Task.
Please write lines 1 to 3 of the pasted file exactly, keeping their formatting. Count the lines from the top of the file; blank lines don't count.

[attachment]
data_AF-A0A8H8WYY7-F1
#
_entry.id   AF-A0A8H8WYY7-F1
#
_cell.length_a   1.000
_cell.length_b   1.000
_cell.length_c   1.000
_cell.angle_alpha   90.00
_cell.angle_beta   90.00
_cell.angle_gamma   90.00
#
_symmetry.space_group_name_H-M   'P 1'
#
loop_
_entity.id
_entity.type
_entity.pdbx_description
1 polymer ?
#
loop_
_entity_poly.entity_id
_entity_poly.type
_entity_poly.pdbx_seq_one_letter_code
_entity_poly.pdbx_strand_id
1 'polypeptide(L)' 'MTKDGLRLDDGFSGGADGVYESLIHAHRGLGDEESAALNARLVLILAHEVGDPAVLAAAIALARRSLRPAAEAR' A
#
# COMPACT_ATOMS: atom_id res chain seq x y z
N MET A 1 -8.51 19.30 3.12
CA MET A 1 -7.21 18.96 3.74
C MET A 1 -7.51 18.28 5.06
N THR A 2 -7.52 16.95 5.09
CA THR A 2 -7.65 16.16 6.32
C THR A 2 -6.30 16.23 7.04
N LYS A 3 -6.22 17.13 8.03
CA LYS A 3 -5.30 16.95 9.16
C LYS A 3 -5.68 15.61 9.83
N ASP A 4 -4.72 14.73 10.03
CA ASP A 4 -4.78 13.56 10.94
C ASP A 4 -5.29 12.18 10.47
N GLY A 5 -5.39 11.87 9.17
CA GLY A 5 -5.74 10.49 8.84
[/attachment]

data_AF-A0A8H8WYY7-F1
#
_entry.id   AF-A0A8H8WYY7-F1